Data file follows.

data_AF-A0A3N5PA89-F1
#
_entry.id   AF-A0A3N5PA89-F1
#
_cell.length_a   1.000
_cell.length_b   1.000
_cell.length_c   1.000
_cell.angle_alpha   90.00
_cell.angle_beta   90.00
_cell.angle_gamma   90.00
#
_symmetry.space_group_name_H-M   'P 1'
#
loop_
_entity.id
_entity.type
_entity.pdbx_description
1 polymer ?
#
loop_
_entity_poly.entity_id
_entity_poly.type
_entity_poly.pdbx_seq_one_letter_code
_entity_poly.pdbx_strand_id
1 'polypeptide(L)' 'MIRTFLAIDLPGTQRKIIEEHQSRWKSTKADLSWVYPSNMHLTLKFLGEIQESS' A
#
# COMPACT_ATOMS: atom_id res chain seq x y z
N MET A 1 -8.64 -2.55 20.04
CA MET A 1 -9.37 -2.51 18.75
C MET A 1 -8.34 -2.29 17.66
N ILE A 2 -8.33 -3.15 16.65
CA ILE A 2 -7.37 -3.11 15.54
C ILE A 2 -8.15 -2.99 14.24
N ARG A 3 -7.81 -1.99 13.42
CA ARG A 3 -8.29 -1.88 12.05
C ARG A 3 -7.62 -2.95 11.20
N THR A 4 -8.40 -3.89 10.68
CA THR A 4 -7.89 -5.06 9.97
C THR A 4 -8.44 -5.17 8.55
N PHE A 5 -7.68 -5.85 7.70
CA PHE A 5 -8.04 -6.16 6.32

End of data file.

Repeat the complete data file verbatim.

data_AF-A0A3N5PA89-F1
#
_entry.id   AF-A0A3N5PA89-F1
#
_cell.length_a   1.000
_cell.length_b   1.000
_cell.length_c   1.000
_cell.angle_alpha   90.00
_cell.angle_beta   90.00
_cell.angle_gamma   90.00
#
_symmetry.space_group_name_H-M   'P 1'
#
loop_
_entity.id
_entity.type
_entity.pdbx_description
1 polymer ?
#
loop_
_entity_poly.entity_id
_entity_poly.type
_entity_poly.pdbx_seq_one_letter_code
_entity_poly.pdbx_strand_id
1 'polypeptide(L)' 'MIRTFLAIDLPGTQRKIIEEHQSRWKSTKADLSWVYPSNMHLTLKFLGEIQESS' A
#
# COMPACT_ATOMS: atom_id res chain seq x y z
N MET A 1 -8.64 -2.55 20.04
CA MET A 1 -9.37 -2.51 18.75
C MET A 1 -8.34 -2.29 17.66
N ILE A 2 -8.33 -3.15 16.65
CA ILE A 2 -7.37 -3.11 15.54
C ILE A 2 -8.15 -2.99 14.24
N ARG A 3 -7.81 -1.99 13.42
CA ARG A 3 -8.29 -1.88 12.05
C ARG A 3 -7.62 -2.95 11.20
N THR A 4 -8.40 -3.89 10.68
CA THR A 4 -7.89 -5.06 9.97
C THR A 4 -8.44 -5.17 8.55
N PHE A 5 -7.68 -5.85 7.70
CA PHE A 5 -8.04 -6.16 6.32